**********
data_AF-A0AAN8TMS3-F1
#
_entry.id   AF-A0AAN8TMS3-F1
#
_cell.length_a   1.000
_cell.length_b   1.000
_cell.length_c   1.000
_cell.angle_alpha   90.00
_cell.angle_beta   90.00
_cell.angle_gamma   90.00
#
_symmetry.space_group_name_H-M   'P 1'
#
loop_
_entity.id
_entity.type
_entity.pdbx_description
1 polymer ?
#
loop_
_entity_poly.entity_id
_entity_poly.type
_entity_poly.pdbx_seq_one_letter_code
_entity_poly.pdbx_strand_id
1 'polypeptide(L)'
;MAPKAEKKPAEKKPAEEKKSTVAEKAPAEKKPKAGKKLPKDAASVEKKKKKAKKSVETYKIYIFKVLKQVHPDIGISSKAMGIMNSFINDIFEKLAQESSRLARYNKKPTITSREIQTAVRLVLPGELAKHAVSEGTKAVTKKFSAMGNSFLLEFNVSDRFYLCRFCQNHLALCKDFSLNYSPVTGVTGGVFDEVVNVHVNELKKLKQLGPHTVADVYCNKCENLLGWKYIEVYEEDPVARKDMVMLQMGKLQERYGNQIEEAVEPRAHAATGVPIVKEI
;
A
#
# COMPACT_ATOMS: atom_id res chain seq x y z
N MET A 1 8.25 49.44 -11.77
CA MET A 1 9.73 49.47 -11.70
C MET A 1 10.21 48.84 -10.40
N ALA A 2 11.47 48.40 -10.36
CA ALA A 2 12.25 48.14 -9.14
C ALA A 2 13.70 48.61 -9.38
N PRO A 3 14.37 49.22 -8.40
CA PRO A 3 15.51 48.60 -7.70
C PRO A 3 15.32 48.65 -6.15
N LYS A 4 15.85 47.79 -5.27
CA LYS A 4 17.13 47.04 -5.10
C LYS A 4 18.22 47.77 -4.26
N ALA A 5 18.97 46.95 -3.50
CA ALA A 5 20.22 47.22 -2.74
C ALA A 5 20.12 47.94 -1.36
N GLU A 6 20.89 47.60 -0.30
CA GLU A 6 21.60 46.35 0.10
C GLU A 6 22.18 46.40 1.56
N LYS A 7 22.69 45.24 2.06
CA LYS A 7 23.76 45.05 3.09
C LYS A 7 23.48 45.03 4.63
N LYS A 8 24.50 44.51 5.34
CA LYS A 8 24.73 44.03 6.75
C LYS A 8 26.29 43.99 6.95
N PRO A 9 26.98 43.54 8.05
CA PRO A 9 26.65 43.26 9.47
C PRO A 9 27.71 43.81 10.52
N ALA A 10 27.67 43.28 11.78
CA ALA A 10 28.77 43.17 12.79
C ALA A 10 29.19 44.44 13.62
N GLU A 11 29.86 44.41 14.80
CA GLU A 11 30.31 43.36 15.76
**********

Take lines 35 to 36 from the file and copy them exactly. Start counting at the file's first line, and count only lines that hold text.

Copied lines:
CA ALA A 2 12.25 48.14 -9.14
C ALA A 2 13.70 48.61 -9.38